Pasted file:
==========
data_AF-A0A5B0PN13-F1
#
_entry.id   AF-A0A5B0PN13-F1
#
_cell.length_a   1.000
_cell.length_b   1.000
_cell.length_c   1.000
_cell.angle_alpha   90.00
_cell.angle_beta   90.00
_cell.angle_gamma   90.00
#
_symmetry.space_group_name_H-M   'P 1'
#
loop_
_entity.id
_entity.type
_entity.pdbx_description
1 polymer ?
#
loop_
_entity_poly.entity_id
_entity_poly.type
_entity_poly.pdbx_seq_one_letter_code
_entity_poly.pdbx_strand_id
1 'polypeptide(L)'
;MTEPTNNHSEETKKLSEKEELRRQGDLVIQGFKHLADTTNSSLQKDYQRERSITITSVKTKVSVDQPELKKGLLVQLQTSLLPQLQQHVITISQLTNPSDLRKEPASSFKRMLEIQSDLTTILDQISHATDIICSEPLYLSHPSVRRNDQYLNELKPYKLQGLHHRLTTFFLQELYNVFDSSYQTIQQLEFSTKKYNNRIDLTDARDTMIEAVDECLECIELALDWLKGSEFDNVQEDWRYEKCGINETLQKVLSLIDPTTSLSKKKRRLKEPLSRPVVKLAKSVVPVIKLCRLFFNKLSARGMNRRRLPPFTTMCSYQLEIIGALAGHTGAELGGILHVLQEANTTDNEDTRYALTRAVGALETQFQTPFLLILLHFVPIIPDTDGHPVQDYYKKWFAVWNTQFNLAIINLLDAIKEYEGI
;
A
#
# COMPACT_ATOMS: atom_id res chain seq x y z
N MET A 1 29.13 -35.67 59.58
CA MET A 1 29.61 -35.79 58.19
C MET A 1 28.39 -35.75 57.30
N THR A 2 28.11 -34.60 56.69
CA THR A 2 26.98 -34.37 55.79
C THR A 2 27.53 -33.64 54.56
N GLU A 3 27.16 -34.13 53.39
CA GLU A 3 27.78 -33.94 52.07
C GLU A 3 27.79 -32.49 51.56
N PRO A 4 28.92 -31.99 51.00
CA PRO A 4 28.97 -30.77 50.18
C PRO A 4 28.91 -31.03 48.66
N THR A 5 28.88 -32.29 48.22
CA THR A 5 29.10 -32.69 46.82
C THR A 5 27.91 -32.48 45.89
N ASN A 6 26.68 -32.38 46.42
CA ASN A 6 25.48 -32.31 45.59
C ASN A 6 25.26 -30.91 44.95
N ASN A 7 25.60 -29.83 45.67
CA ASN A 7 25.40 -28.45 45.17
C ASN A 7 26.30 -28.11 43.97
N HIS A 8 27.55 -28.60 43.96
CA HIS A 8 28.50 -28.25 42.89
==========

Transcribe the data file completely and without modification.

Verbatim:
data_AF-A0A5B0PN13-F1
#
_entry.id   AF-A0A5B0PN13-F1
#
_cell.length_a   1.000
_cell.length_b   1.000
_cell.length_c   1.000
_cell.angle_alpha   90.00
_cell.angle_beta   90.00
_cell.angle_gamma   90.00
#
_symmetry.space_group_name_H-M   'P 1'
#
loop_
_entity.id
_entity.type
_entity.pdbx_description
1 polymer ?
#
loop_
_entity_poly.entity_id
_entity_poly.type
_entity_poly.pdbx_seq_one_letter_code
_entity_poly.pdbx_strand_id
1 'polypeptide(L)'
;MTEPTNNHSEETKKLSEKEELRRQGDLVIQGFKHLADTTNSSLQKDYQRERSITITSVKTKVSVDQPELKKGLLVQLQTSLLPQLQQHVITISQLTNPSDLRKEPASSFKRMLEIQSDLTTILDQISHATDIICSEPLYLSHPSVRRNDQYLNELKPYKLQGLHHRLTTFFLQELYNVFDSSYQTIQQLEFSTKKYNNRIDLTDARDTMIEAVDECLECIELALDWLKGSEFDNVQEDWRYEKCGINETLQKVLSLIDPTTSLSKKKRRLKEPLSRPVVKLAKSVVPVIKLCRLFFNKLSARGMNRRRLPPFTTMCSYQLEIIGALAGHTGAELGGILHVLQEANTTDNEDTRYALTRAVGALETQFQTPFLLILLHFVPIIPDTDGHPVQDYYKKWFAVWNTQFNLAIINLLDAIKEYEGI
;
A
#
# COMPACT_ATOMS: atom_id res chain seq x y z
N MET A 1 29.13 -35.67 59.58
CA MET A 1 29.61 -35.79 58.19
C MET A 1 28.39 -35.75 57.30
N THR A 2 28.11 -34.60 56.69
CA THR A 2 26.98 -34.37 55.79
C THR A 2 27.53 -33.64 54.56
N GLU A 3 27.16 -34.13 53.39
CA GLU A 3 27.78 -33.94 52.07
C GLU A 3 27.79 -32.49 51.56
N PRO A 4 28.92 -31.99 51.00
CA PRO A 4 28.97 -30.77 50.18
C PRO A 4 28.91 -31.03 48.66
N THR A 5 28.88 -32.29 48.22
CA THR A 5 29.10 -32.69 46.82
C THR A 5 27.91 -32.48 45.89
N ASN A 6 26.68 -32.38 46.42
CA ASN A 6 25.48 -32.31 45.59
C ASN A 6 25.26 -30.91 44.95
N ASN A 7 25.60 -29.83 45.67
CA ASN A 7 25.40 -28.45 45.17
C ASN A 7 26.30 -28.11 43.97
N HIS A 8 27.55 -28.60 43.96
CA HIS A 8 28.50 -28.25 42.89